Natural History Museum

Lake Myvatn

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Myvatn is a shallow, eutrophic lake in north Iceland. The name means Midge Lake and the area is inundated with them every summer. Luckily, when we visited the midge swarms were of non-biting chironomid species (it’s very handy traveling with an entomologist!).


Besides being beautiful, formed from volcanic action and full of wildfowl, Lake Myvatn is also famous for balls of algae known as lake balls, marimo (Japanese) or kúluskítur (Icelandic). These are spherical colonies of filamentous algae (Aegagropila linnaei) which are thought to form when algae living on the rocks are torn off and are rolled around in the lake currents. Rolling helps to keep the ball clear of debris and mud so the colony stays velvety green.


Tantalising greeness on the lake bed
Tantalizing greenness on the lake bed – could they be algal balls?

Recently, however, lake balls have been vanishing from Lake Myvatn as sediments begin to silt over the the lake floor. They can be seen in aquaria in a few places in Iceland, I hope they will still survive in their famous lake home too.

Lake balls at the Natural History Museum of Kópavogur
Lake balls at the Natural History Museum of Kópavogur

Seaweeds Online

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The Natural History Museum after dark
The Natural History Museum after dark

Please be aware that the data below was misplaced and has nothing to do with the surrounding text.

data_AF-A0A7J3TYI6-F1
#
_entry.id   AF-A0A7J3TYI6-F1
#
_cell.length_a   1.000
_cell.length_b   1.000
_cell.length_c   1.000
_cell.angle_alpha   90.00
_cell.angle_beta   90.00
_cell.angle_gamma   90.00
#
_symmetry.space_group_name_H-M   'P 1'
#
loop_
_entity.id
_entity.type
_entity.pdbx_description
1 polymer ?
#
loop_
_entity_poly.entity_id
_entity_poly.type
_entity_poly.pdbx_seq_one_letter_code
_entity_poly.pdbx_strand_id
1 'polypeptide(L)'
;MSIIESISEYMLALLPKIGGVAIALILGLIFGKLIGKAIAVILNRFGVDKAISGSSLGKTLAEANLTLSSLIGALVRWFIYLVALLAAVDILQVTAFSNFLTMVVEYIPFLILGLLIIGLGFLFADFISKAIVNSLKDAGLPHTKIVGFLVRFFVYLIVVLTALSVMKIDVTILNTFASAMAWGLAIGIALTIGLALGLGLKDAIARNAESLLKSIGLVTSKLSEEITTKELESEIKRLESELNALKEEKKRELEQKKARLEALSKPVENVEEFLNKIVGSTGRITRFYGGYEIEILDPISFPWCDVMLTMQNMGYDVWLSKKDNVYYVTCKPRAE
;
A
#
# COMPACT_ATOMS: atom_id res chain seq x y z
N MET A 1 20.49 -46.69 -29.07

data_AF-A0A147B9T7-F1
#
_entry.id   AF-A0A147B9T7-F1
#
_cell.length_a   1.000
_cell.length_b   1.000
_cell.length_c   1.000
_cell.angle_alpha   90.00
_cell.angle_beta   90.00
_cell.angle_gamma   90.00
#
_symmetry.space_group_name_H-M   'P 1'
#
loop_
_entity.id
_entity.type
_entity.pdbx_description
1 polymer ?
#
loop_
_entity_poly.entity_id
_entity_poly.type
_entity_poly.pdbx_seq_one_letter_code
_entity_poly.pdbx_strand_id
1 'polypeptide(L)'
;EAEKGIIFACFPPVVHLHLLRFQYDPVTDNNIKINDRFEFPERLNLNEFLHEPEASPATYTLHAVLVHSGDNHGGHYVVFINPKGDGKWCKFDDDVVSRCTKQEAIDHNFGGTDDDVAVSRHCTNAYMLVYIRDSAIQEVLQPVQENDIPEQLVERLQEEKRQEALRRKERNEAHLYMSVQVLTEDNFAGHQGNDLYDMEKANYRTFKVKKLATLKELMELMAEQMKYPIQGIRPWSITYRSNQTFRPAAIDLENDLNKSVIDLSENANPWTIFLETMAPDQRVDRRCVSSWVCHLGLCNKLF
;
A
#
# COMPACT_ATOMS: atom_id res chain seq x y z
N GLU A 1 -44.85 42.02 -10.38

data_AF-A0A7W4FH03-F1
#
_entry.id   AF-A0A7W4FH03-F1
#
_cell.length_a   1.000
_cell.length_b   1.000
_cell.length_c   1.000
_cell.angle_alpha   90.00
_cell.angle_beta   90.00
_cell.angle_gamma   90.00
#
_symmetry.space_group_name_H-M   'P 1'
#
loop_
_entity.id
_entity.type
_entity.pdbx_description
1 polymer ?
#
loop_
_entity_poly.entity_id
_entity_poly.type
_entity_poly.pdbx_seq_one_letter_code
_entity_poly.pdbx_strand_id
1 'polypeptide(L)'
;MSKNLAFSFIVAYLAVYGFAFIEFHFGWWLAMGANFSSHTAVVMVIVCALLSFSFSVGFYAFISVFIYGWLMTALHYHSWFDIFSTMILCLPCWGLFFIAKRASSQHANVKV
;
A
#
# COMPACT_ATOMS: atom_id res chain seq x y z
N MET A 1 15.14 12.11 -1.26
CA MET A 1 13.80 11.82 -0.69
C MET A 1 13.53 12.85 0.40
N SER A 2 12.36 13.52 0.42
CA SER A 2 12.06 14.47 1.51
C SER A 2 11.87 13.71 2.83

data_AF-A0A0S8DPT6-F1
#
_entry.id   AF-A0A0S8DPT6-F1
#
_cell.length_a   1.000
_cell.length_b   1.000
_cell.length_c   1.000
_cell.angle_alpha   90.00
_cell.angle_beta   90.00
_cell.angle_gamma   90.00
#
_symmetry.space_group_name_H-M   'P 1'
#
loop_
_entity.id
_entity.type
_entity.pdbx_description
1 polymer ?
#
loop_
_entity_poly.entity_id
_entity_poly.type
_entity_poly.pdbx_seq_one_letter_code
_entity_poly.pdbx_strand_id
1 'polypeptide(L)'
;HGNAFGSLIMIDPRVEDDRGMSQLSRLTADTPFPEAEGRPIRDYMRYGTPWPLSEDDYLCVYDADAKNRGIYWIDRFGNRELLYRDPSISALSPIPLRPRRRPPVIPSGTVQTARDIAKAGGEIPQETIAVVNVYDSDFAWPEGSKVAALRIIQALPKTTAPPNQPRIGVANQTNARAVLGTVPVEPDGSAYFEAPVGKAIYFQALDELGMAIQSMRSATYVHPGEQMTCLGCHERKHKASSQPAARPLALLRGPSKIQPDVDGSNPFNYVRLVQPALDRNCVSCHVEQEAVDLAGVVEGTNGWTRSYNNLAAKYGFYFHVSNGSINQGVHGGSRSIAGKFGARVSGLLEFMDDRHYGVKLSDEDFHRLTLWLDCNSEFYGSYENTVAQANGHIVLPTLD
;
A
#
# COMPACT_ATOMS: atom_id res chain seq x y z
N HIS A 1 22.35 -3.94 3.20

Recently I was lucky enough to go to the Natural History Museum in London for the launch of their Seaweed Collections Online. Jane Pottas and Jo Wilbraham have spent the last year collecting images and information from 14 different institutions aiming to make seaweed data from regional herbariums more accessible (see the RBGE write-up here).

Seaweed Collections Online front page
Seaweed Collections Online front page

The team selected aound 150 different species of seaweed from the c.650 species found around the UK. Species were selected for reasons such as their conservation status (rarity), if they provide an ecosystem service (such as an important habitat) or if their distribution is changing (perhaps through environmental change).

Peacocks tail
Padina pavonica
Green sponge ball
Codium bursa

   430 images of specimens of seaweeds which were collected between the 1840s and 1964 were photographed from the Manchester Museum collection for the project and are now available through the online catalogue.

Bonnemaison's Hook Weed
Bonnemaisonia hamifera
Laminaria digitata
Laminaria digitata